In February, after more than 2 years of looking, I finally found my current position. I took it because it sounded fun and moved us closer to universities offering PhDs in education. (I still wanted to teach.) I had no idea that this would turn out to be my dream job or that by inviting people from other departments to hear me speak I would eventually begin a professional development/team building business of my own.

    In reading your blog, I realized that this journey has embodied the three steps you mentioned. Through those steps I have embarked on one of the craziest most wonderful times of my professional life. It’s a reminder that new and exciting opportunities only come along when we allow ourselves to explore and be open to changes. You have inspired me to take some new steps today-contactiing old aquaintances and putting myself out there again. After the years of hearing how inadequate I was at everything I did, it’s been difficult to be completely open and show people who I am. You’ve reminded me that it doesn’t really matter if people don’t like me. As long as I am my authentic self I have the opportunity to make meaningful connections with people who will.

    • Karl Staib - The Work Happy Guy says:

      Hi Christine, You took what I was hoping people would take from the blog post. I want people to create connections from their authentic selves and not let anyone or anything keep them from going after their dreams. When we are done with these lives the projects we will be most proud of are the most difficult.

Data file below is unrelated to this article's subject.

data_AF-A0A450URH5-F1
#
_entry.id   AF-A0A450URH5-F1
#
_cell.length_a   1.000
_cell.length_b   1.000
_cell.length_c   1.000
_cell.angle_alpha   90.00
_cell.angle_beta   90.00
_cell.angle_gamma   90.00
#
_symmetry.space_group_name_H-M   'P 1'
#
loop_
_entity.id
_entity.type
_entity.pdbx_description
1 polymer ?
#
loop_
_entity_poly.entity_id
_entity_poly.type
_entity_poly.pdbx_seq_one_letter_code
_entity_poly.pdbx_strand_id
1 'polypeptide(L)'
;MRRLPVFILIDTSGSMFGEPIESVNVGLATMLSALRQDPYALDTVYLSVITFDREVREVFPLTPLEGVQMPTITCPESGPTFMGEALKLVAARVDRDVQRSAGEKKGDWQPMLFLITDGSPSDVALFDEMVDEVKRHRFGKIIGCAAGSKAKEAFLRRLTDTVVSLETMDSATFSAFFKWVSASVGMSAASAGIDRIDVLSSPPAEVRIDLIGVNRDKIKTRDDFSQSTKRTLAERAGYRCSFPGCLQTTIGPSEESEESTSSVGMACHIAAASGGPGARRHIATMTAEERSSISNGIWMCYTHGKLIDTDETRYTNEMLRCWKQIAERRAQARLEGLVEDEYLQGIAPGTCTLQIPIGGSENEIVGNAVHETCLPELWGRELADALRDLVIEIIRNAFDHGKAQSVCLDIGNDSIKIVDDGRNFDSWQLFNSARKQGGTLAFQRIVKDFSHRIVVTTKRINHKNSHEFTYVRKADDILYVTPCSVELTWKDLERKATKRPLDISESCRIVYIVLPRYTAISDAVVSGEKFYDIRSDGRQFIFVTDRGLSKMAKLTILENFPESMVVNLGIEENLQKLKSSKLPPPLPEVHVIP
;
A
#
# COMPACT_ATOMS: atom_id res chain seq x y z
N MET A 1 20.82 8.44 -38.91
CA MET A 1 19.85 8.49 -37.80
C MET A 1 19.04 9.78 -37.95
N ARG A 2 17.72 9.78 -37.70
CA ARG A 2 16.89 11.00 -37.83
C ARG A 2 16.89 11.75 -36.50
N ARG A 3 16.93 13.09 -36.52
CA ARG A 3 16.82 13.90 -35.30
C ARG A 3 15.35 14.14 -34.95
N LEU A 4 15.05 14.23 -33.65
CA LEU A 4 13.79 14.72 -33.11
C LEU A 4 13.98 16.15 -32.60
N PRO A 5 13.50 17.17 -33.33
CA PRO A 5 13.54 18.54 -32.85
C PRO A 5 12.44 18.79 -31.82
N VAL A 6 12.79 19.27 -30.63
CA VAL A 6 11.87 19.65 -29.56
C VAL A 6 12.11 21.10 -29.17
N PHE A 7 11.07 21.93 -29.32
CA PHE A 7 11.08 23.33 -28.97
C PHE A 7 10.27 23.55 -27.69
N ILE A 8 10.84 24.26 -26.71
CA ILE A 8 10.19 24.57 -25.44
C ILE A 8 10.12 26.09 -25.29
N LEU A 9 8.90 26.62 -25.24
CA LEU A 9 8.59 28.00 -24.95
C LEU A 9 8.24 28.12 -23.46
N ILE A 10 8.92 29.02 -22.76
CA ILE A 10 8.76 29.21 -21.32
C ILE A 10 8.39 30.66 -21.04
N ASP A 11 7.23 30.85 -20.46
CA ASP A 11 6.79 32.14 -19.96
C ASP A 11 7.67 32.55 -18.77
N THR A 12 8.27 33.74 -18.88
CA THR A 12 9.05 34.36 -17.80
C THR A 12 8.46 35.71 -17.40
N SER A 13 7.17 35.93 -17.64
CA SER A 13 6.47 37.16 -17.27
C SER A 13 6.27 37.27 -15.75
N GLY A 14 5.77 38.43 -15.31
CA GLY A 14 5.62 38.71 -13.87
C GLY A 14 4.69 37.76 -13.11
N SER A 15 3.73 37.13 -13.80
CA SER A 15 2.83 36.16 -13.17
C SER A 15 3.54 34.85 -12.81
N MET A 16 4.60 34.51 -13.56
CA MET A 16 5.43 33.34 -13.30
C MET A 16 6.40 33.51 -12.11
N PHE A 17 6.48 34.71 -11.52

We all have fear (AKA arch nemesis) inside of us telling us what we can’t do, but when we actually listen to her she is just prodding us to take action.

  6. The greatest adventure my career has taken me on has an exploration of my own heart and soul.

    My love of animals and the outdoors took me on a path of becoming a professional wildlife biologist. However,I soon encountered an atmosphere that did not agree with my moral standards and it took a major toll on my health. So, contrary to the advice of family and colleagues, I left that job (and the wonderful retirement and health insurance that came with it).

    That led me to the adventure of treading through shelves of self-help books and endless pages of online advice. I was trying to excavate parts of myself that had been long buried in forgotten childhood memories. What made me happy back then? What could I do for hours on end? Who am I, really? It was a life-saving journey that I wouldn’t have taken if I hadn’t had that job as a biologist.

    My new career choices have allowed me to be more involved with wildlife than ever. I’ve surrounded myself with people who enjoy life and the work we do. I see things that I value and make every effort to include them in my day. My career has also allowed me to have time to mentor young students and help them get excited about their future and the many career possibilities that await them!

    The adventure through my own soul has helped me see what makes my soul beam and focus on what is good about each day.

    • Karl Staib - The Work Happy Guy says:

      Hi Alyssa, That’s the beauty of a great career. It forces us to work on improving ourselves as well as helping others. I feel very similar about my career. I feel blessed to help people such as yourself do work that lifts your soul, heart and over all life to a great level of happiness.

  7. Martha Goff says:

    Love the comments that others have posted here. I am not there yet but I will be, I promise you (and myself).